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Monday 24th October 2016

Older women should have option to be induced early

1st February 2013

A paper by the Royal College of Obstetricians and Gynaecologists has recommended women over 40 should be able to choose to have an early induction to reduce the danger of losing their baby.


Dr Mandish Dhanjal, a clinical senior lecturer from Imperial College Healthcare NHS Trust, and Dr Anna Kenyon, from University College London Hospital, examined studies which looked at how being an older mother affected the foetus and mother's health.

They said if women had an early induction at 39 weeks instead of 41 weeks, it could stop 17 stillbirths in the UK annually.

Dr Kenyon said: "It is justifiable for experts to conclude that inducing labour at an earlier stage of gestation (39-40 weeks) in older mothers (40+ years) could prevent late stillbirth and any maternal risks of an ongoing pregnancy, without increasing the number of operative vaginal deliveries or emergency caesarean sections." 

The authors estimated that 550 more women would need to be induced early (at 39 weeks) every year to prevent one still birth.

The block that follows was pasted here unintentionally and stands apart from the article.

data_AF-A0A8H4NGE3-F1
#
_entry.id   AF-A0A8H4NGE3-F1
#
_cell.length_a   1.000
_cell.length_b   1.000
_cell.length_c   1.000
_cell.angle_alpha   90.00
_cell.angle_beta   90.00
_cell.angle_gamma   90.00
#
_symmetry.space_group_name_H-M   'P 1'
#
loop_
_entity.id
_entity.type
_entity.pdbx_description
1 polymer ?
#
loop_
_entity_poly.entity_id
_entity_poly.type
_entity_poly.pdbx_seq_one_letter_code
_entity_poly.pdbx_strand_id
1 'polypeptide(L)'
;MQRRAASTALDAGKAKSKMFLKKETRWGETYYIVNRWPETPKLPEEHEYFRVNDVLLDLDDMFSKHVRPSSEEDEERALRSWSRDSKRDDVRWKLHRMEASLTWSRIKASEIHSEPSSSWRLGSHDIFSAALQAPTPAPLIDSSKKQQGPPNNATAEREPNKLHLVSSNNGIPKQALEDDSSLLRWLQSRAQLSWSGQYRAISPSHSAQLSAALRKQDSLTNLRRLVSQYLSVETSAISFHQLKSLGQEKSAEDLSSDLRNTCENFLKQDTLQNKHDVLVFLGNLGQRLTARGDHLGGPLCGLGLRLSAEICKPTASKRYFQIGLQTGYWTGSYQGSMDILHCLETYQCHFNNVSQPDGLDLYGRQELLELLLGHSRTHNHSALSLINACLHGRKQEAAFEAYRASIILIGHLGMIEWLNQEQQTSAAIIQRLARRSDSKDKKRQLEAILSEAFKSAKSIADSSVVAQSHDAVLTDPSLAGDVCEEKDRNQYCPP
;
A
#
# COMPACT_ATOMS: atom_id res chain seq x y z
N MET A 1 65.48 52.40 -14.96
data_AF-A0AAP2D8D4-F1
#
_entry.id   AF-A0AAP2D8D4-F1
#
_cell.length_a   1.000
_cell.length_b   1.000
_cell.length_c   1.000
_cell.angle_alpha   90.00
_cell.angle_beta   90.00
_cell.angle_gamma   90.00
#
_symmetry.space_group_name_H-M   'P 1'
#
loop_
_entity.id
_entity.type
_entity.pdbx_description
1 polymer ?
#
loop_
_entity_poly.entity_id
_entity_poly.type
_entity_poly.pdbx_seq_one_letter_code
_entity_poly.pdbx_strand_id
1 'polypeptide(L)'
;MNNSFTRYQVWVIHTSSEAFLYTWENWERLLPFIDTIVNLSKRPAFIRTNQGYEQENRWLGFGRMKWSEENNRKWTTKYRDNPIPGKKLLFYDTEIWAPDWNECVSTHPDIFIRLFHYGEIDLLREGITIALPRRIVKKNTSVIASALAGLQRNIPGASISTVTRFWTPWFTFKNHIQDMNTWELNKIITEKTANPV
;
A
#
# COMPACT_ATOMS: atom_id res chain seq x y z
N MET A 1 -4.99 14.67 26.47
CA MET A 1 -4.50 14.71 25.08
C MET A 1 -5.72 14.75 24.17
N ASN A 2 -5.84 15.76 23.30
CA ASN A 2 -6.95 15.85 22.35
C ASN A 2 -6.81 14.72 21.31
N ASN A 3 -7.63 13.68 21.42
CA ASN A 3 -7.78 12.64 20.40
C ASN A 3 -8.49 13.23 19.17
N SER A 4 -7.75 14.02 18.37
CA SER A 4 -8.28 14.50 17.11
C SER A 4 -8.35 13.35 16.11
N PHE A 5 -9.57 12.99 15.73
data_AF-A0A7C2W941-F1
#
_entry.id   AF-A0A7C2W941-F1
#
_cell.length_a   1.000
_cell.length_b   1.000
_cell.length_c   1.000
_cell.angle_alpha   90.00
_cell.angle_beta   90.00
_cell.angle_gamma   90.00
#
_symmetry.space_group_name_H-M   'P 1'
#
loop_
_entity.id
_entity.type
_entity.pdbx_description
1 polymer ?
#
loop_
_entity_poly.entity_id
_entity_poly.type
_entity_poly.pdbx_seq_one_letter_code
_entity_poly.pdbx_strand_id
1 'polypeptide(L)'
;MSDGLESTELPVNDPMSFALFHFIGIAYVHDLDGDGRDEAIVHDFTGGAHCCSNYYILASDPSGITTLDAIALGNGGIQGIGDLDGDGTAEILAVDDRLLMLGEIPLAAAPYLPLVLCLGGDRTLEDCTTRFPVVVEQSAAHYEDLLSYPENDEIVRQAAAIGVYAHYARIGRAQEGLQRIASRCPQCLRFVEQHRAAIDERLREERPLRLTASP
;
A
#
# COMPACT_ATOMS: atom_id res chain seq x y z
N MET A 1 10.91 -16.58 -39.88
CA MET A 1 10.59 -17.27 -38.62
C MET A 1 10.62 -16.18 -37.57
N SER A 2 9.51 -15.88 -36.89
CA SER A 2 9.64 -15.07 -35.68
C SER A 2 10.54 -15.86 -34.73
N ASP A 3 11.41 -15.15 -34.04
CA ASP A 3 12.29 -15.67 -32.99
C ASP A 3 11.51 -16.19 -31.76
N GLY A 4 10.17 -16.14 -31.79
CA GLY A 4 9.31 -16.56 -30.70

They added that if 4,750 women were induced at 40 weeks every year it could prevent seven stillbirths.

Women aged over 40 have a stillbirth risk of 7.6 per 1,000 pregnancies, women aged 35-39 have a risk of 5.5 per 1,000.

This means women over 40 have a one in 132 chance of having a stillborn baby, while women aged 35-39 have a one in 182.

Charlotte Bevan, from the stillbirth and neonatal death charity Sands, commented: "It is with enormous frustration and sadness that Sands too often hears from mums whose seemingly perfect baby dies at or beyond term."

"The offer of induction at term for older mums could save many families from the indescribable devastation of losing a precious child."


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